This column is for all of you who dream of having a little country estate. A place where you can walk along stone walls braced by giant maple trees every few feet.
A place where you can roam across seemingly endless fields with views of the surrounding hillsides with nearby farm silos poking out of the forests.
And almost everywhere you turn, your estate keeps a watchful eye on you. Welcome to Topsmead State Forest, former estate of Edith Morton Chase. Her father Henry Sabin Chase ran the grand brass mills of Waterbury – once known as the brass capital of the world. And a visit to Topsmead will bring a slice of England to the Berkshires.
According to the history of the property, Chase's English Tudor-style home - with its slate roof, cypress walls and lead downspouts - was built in 1923. A visit will transport you to jolly 'ol England, even if you've never traveled abroad before. With its surrounding gardens and abundance of grand trees, Chase's goal of creating a "pocket of serenity" has been reached, even by visitors who come nearly a century later.
My favorite part of the visit is walking up the old driveway to the estate. The rolling asphalt driveway resembles a wagon trail with huge ruts created by the root system of the giant trees that hang over the road. But with blades of sunlight illuminating the ground and nearby stone wall in places and the home making an appearance through the boughs, visitors may feel like they are arriving by horse or stagecoach.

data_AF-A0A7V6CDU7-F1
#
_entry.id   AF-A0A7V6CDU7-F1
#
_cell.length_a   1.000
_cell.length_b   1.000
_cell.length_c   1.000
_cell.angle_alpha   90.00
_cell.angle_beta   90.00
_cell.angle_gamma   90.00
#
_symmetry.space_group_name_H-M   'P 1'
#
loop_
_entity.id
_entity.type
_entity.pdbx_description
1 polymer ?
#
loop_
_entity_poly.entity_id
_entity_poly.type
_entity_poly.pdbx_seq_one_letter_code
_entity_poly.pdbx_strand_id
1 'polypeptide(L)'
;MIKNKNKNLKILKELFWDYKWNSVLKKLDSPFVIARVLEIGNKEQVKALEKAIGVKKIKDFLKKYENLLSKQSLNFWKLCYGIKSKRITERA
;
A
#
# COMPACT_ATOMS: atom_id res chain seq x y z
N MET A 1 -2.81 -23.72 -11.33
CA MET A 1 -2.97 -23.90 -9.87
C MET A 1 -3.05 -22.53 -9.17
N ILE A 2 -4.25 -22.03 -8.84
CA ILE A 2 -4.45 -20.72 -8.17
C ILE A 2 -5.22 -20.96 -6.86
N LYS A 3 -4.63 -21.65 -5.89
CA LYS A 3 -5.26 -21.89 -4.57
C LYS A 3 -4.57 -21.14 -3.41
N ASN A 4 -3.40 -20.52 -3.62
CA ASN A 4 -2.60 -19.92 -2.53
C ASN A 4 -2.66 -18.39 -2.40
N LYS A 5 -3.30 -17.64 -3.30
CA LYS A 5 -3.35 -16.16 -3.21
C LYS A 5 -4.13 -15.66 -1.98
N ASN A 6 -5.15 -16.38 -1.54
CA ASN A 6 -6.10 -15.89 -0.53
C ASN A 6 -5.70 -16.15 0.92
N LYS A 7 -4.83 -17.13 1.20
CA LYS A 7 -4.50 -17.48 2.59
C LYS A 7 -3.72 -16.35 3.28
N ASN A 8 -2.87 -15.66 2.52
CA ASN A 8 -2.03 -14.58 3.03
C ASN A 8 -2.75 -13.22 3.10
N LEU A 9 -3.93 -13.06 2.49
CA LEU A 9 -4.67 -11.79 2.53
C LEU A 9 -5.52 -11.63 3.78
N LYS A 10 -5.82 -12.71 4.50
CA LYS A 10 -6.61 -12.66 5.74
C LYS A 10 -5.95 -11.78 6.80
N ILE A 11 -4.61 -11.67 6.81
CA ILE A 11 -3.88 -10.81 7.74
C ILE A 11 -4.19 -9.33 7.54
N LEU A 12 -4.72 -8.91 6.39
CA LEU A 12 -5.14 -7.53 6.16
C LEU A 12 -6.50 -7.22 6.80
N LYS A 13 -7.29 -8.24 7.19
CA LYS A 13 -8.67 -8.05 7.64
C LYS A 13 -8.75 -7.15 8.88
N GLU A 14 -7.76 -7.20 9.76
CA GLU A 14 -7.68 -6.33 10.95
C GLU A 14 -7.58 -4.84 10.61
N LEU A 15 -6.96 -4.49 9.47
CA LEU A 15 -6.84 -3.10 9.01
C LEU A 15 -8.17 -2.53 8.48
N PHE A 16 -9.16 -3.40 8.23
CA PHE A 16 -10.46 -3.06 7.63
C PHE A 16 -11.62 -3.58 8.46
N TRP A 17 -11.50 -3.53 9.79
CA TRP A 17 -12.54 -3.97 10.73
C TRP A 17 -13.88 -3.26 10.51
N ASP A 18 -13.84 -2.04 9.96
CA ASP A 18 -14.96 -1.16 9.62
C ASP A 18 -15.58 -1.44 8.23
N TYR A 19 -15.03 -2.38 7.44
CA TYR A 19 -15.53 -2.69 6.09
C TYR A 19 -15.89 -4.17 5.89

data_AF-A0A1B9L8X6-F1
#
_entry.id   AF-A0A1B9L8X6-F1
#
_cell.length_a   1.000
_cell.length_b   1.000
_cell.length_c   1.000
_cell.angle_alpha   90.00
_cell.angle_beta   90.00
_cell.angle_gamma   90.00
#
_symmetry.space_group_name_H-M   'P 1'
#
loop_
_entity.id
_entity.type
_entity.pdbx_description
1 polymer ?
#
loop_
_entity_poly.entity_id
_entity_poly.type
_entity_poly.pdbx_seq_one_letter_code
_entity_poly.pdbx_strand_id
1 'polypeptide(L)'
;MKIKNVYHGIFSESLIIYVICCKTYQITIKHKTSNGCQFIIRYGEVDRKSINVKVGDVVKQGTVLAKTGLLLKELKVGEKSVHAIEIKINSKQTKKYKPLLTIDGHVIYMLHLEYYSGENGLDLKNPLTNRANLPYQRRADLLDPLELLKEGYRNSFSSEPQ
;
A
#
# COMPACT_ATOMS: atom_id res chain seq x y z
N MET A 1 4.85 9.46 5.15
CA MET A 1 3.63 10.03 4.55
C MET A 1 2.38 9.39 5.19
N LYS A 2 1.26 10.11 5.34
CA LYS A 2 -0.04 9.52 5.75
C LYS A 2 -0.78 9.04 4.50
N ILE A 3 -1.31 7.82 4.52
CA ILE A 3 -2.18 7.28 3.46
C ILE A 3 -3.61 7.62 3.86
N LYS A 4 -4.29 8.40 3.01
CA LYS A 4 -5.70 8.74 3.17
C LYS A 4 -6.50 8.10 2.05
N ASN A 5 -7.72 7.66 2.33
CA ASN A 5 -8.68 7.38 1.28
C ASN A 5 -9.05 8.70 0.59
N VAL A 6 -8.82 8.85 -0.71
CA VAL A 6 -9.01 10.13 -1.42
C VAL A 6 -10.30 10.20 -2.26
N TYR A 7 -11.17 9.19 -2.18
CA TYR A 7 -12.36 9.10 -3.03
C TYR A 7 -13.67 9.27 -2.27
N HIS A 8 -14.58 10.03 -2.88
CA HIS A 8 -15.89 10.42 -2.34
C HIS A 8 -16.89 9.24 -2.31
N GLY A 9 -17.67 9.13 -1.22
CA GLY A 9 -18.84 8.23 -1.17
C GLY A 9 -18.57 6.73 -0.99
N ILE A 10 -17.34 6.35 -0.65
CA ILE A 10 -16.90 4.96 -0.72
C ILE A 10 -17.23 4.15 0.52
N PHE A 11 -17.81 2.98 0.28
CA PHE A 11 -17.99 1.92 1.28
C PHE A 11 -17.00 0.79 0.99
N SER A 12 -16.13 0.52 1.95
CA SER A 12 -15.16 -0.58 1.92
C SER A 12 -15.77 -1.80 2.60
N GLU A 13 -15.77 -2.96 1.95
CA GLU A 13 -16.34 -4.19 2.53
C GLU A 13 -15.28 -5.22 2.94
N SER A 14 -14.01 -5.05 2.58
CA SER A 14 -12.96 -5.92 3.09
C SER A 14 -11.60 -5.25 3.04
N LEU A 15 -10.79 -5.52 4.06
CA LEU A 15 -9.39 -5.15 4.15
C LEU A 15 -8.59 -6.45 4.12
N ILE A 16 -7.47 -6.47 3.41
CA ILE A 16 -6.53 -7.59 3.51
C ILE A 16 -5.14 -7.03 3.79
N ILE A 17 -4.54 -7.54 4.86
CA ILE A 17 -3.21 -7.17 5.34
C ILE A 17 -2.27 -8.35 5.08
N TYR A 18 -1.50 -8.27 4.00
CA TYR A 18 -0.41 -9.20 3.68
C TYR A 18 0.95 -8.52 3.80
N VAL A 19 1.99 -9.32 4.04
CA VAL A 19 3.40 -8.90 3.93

The forest reminds me of Gillette Castle State Park, with its historic structure and plethora of trails to seek out as the home keeps constant watch over you. There are several miles of flat paths and old farm roads across the estate. Several paths to the west of the home will take visitors through a wetland forest and along the banks of a picturesque estate pond.
My favorite trails run to the south of the home. There are plenty of opportunities to birdwatch or picnic. A trail leads to a wildlife viewing stand and butterfly garden where visitors can watch the natural world.
In Chase's will, she gave the house and land to the state with a request that it "be kept in a state of natural beauty." Most of us can visualize ourselves retiring to a place like Topsmead to live out the rest of our days. A place where we can watch the seasons go by under an old maple or sitting on top of a rock wall in the shade of a huge pine. That dream can be realized at a place called Topsmead. You just have to leave when the sun goes down.
Route 8 to exit 42. Follow Route 118 west and turn left on Clark Road and right at first stop sign. Take left at next stop sign on Buell Road. Visit http://www.ct.gov/deep/lib/deep/stateparks/maps/topsmeade.pdf for a hiking map. Tours of the home take place every other weekend starting June 8, 9 and running to Oct. 26,27.Copyright © 2015, The Baltimore Sun